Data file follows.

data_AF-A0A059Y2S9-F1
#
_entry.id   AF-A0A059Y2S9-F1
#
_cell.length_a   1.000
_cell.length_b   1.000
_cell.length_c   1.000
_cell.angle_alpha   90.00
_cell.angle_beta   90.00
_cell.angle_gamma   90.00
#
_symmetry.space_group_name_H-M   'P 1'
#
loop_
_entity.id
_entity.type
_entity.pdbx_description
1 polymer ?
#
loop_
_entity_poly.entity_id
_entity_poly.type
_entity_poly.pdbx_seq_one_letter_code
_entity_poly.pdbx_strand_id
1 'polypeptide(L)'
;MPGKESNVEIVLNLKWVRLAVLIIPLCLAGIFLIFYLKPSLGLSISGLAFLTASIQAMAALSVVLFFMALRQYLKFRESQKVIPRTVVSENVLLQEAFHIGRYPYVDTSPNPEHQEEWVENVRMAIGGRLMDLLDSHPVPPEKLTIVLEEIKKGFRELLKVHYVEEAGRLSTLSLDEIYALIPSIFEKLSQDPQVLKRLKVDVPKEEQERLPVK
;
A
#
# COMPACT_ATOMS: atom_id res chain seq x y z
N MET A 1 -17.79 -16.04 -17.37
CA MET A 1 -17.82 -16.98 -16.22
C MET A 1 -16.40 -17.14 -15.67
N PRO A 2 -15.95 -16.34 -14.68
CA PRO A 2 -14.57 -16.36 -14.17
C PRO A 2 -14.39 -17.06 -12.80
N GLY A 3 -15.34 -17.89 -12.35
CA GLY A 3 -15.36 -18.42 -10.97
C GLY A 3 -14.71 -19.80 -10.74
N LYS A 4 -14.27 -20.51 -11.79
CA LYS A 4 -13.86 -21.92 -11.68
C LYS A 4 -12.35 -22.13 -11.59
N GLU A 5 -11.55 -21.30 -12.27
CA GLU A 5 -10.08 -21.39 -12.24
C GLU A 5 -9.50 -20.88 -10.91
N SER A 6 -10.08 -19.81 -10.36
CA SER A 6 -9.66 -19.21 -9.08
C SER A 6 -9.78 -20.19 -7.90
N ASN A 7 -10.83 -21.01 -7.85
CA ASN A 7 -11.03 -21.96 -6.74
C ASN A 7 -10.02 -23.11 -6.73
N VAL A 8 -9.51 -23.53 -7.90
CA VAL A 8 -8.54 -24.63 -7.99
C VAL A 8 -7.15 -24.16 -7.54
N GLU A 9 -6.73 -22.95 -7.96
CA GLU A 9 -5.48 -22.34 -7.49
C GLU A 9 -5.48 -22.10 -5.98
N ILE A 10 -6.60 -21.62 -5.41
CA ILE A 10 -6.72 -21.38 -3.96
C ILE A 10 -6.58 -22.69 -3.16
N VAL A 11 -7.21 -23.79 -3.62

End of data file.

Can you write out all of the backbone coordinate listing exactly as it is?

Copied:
data_AF-A0A059Y2S9-F1
#
_entry.id   AF-A0A059Y2S9-F1
#
_cell.length_a   1.000
_cell.length_b   1.000
_cell.length_c   1.000
_cell.angle_alpha   90.00
_cell.angle_beta   90.00
_cell.angle_gamma   90.00
#
_symmetry.space_group_name_H-M   'P 1'
#
loop_
_entity.id
_entity.type
_entity.pdbx_description
1 polymer ?
#
loop_
_entity_poly.entity_id
_entity_poly.type
_entity_poly.pdbx_seq_one_letter_code
_entity_poly.pdbx_strand_id
1 'polypeptide(L)'
;MPGKESNVEIVLNLKWVRLAVLIIPLCLAGIFLIFYLKPSLGLSISGLAFLTASIQAMAALSVVLFFMALRQYLKFRESQKVIPRTVVSENVLLQEAFHIGRYPYVDTSPNPEHQEEWVENVRMAIGGRLMDLLDSHPVPPEKLTIVLEEIKKGFRELLKVHYVEEAGRLSTLSLDEIYALIPSIFEKLSQDPQVLKRLKVDVPKEEQERLPVK
;
A
#
# COMPACT_ATOMS: atom_id res chain seq x y z
N MET A 1 -17.79 -16.04 -17.37
CA MET A 1 -17.82 -16.98 -16.22
C MET A 1 -16.40 -17.14 -15.67
N PRO A 2 -15.95 -16.34 -14.68
CA PRO A 2 -14.57 -16.36 -14.17
C PRO A 2 -14.39 -17.06 -12.80
N GLY A 3 -15.34 -17.89 -12.35
CA GLY A 3 -15.36 -18.42 -10.97
C GLY A 3 -14.71 -19.80 -10.74
N LYS A 4 -14.27 -20.51 -11.79
CA LYS A 4 -13.86 -21.92 -11.68
C LYS A 4 -12.35 -22.13 -11.59
N GLU A 5 -11.55 -21.30 -12.27
CA GLU A 5 -10.08 -21.39 -12.24
C GLU A 5 -9.50 -20.88 -10.91
N SER A 6 -10.08 -19.81 -10.36
CA SER A 6 -9.66 -19.21 -9.08
C SER A 6 -9.78 -20.19 -7.90
N ASN A 7 -10.83 -21.01 -7.85
CA ASN A 7 -11.03 -21.96 -6.74
C ASN A 7 -10.02 -23.11 -6.73
N VAL A 8 -9.51 -23.53 -7.90
CA VAL A 8 -8.54 -24.63 -7.99
C VAL A 8 -7.15 -24.16 -7.54
N GLU A 9 -6.73 -22.95 -7.96
CA GLU A 9 -5.48 -22.34 -7.49
C GLU A 9 -5.48 -22.10 -5.98
N ILE A 10 -6.60 -21.62 -5.41
CA ILE A 10 -6.72 -21.38 -3.96
C ILE A 10 -6.58 -22.69 -3.16
N VAL A 11 -7.21 -23.79 -3.62